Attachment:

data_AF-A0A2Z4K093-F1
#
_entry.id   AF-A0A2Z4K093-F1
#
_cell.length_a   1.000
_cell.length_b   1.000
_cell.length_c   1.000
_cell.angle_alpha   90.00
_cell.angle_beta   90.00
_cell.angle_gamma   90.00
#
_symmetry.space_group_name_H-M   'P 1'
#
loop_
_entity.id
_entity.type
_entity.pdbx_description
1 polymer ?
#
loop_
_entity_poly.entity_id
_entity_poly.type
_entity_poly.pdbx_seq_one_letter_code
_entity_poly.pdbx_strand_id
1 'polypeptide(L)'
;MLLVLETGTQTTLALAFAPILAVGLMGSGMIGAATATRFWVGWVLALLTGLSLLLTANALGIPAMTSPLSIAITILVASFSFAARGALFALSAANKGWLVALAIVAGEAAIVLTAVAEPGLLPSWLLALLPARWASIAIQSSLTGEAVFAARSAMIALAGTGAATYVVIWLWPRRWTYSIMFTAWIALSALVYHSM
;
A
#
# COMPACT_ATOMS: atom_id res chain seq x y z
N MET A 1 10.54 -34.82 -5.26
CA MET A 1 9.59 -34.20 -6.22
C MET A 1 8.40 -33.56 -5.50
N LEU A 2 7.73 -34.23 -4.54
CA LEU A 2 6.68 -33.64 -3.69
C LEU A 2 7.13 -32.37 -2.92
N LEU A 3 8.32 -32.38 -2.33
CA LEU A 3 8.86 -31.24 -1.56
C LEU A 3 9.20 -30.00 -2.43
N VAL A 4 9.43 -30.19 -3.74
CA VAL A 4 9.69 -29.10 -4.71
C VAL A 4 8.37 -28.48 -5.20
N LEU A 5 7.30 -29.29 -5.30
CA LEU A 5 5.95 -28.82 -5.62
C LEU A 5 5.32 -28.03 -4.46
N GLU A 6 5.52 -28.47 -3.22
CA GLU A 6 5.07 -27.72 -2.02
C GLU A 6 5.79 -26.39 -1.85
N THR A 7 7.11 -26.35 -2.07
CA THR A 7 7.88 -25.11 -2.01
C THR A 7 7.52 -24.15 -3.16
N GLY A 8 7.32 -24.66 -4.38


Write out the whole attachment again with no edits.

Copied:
data_AF-A0A2Z4K093-F1
#
_entry.id   AF-A0A2Z4K093-F1
#
_cell.length_a   1.000
_cell.length_b   1.000
_cell.length_c   1.000
_cell.angle_alpha   90.00
_cell.angle_beta   90.00
_cell.angle_gamma   90.00
#
_symmetry.space_group_name_H-M   'P 1'
#
loop_
_entity.id
_entity.type
_entity.pdbx_description
1 polymer ?
#
loop_
_entity_poly.entity_id
_entity_poly.type
_entity_poly.pdbx_seq_one_letter_code
_entity_poly.pdbx_strand_id
1 'polypeptide(L)'
;MLLVLETGTQTTLALAFAPILAVGLMGSGMIGAATATRFWVGWVLALLTGLSLLLTANALGIPAMTSPLSIAITILVASFSFAARGALFALSAANKGWLVALAIVAGEAAIVLTAVAEPGLLPSWLLALLPARWASIAIQSSLTGEAVFAARSAMIALAGTGAATYVVIWLWPRRWTYSIMFTAWIALSALVYHSM
;
A
#
# COMPACT_ATOMS: atom_id res chain seq x y z
N MET A 1 10.54 -34.82 -5.26
CA MET A 1 9.59 -34.20 -6.22
C MET A 1 8.40 -33.56 -5.50
N LEU A 2 7.73 -34.23 -4.54
CA LEU A 2 6.68 -33.64 -3.69
C LEU A 2 7.13 -32.37 -2.92
N LEU A 3 8.32 -32.38 -2.33
CA LEU A 3 8.86 -31.24 -1.56
C LEU A 3 9.20 -30.00 -2.43
N VAL A 4 9.43 -30.19 -3.74
CA VAL A 4 9.69 -29.10 -4.71
C VAL A 4 8.37 -28.48 -5.20
N LEU A 5 7.30 -29.29 -5.30
CA LEU A 5 5.95 -28.82 -5.62
C LEU A 5 5.32 -28.03 -4.46
N GLU A 6 5.52 -28.47 -3.22
CA GLU A 6 5.07 -27.72 -2.02
C GLU A 6 5.79 -26.39 -1.85
N THR A 7 7.11 -26.35 -2.07
CA THR A 7 7.88 -25.11 -2.01
C THR A 7 7.52 -24.15 -3.16
N GLY A 8 7.32 -24.66 -4.38